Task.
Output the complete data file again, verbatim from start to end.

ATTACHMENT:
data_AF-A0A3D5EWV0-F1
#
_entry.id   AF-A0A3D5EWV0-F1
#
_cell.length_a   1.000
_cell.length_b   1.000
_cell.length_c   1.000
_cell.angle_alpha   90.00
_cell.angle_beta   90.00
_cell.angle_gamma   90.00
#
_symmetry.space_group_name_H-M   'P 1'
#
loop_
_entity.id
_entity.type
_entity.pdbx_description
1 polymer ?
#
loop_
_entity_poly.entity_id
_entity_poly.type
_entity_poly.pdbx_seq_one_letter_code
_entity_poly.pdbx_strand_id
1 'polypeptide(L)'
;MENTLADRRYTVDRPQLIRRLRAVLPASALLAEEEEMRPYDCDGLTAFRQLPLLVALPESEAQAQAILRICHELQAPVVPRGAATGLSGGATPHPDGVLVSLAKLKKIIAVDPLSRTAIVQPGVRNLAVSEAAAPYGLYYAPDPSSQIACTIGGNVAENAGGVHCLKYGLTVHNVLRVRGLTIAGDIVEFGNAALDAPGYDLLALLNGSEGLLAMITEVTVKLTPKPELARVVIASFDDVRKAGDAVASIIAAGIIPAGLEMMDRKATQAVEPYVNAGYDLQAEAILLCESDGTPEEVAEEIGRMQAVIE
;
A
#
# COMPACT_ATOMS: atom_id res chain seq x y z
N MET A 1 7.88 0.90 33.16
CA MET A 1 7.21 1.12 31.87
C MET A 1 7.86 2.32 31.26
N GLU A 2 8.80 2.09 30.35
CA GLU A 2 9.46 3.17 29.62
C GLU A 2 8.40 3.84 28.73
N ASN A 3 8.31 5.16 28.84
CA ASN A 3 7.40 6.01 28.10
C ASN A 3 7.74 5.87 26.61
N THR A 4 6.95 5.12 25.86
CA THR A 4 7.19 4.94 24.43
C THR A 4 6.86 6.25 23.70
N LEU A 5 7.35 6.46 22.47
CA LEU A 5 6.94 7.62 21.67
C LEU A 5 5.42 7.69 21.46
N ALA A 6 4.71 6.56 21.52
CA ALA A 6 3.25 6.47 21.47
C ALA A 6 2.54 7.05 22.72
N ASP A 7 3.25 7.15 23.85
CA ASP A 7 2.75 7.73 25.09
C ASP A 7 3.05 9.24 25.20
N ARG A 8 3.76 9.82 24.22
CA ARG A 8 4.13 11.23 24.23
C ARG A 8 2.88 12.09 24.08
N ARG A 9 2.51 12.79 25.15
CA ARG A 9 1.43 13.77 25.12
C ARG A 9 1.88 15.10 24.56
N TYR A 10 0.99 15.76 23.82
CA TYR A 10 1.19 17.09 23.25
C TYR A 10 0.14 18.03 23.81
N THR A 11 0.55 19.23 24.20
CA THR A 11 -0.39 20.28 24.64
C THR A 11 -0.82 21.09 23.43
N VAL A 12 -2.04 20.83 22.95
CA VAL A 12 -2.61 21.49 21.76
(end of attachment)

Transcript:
data_AF-A0A3D5EWV0-F1
#
_entry.id   AF-A0A3D5EWV0-F1
#
_cell.length_a   1.000
_cell.length_b   1.000
_cell.length_c   1.000
_cell.angle_alpha   90.00
_cell.angle_beta   90.00
_cell.angle_gamma   90.00
#
_symmetry.space_group_name_H-M   'P 1'
#
loop_
_entity.id
_entity.type
_entity.pdbx_description
1 polymer ?
#
loop_
_entity_poly.entity_id
_entity_poly.type
_entity_poly.pdbx_seq_one_letter_code
_entity_poly.pdbx_strand_id
1 'polypeptide(L)'
;MENTLADRRYTVDRPQLIRRLRAVLPASALLAEEEEMRPYDCDGLTAFRQLPLLVALPESEAQAQAILRICHELQAPVVPRGAATGLSGGATPHPDGVLVSLAKLKKIIAVDPLSRTAIVQPGVRNLAVSEAAAPYGLYYAPDPSSQIACTIGGNVAENAGGVHCLKYGLTVHNVLRVRGLTIAGDIVEFGNAALDAPGYDLLALLNGSEGLLAMITEVTVKLTPKPELARVVIASFDDVRKAGDAVASIIAAGIIPAGLEMMDRKATQAVEPYVNAGYDLQAEAILLCESDGTPEEVAEEIGRMQAVIE
;
A
#
# COMPACT_ATOMS: atom_id res chain seq x y z
N MET A 1 7.88 0.90 33.16
CA MET A 1 7.21 1.12 31.87
C MET A 1 7.86 2.32 31.26
N GLU A 2 8.80 2.09 30.35
CA GLU A 2 9.46 3.17 29.62
C GLU A 2 8.40 3.84 28.73
N ASN A 3 8.31 5.16 28.84
CA ASN A 3 7.40 6.01 28.10
C ASN A 3 7.74 5.87 26.61
N THR A 4 6.95 5.12 25.86
CA THR A 4 7.19 4.94 24.43
C THR A 4 6.86 6.25 23.70
N LEU A 5 7.35 6.46 22.47
CA LEU A 5 6.94 7.62 21.67
C LEU A 5 5.42 7.69 21.46
N ALA A 6 4.71 6.56 21.52
CA ALA A 6 3.25 6.47 21.47
C ALA A 6 2.54 7.05 22.72
N ASP A 7 3.25 7.15 23.85
CA ASP A 7 2.75 7.73 25.09
C ASP A 7 3.05 9.24 25.20
N ARG A 8 3.76 9.82 24.22
CA ARG A 8 4.13 11.23 24.23
C ARG A 8 2.88 12.09 24.08
N ARG A 9 2.51 12.79 25.15
CA ARG A 9 1.43 13.77 25.12
C ARG A 9 1.88 15.10 24.56
N TYR A 10 0.99 15.76 23.82
CA TYR A 10 1.19 17.09 23.25
C TYR A 10 0.14 18.03 23.81
N THR A 11 0.55 19.23 24.20
CA THR A 11 -0.39 20.28 24.64
C THR A 11 -0.82 21.09 23.43
N VAL A 12 -2.04 20.83 22.95
CA VAL A 12 -2.61 21.49 21.76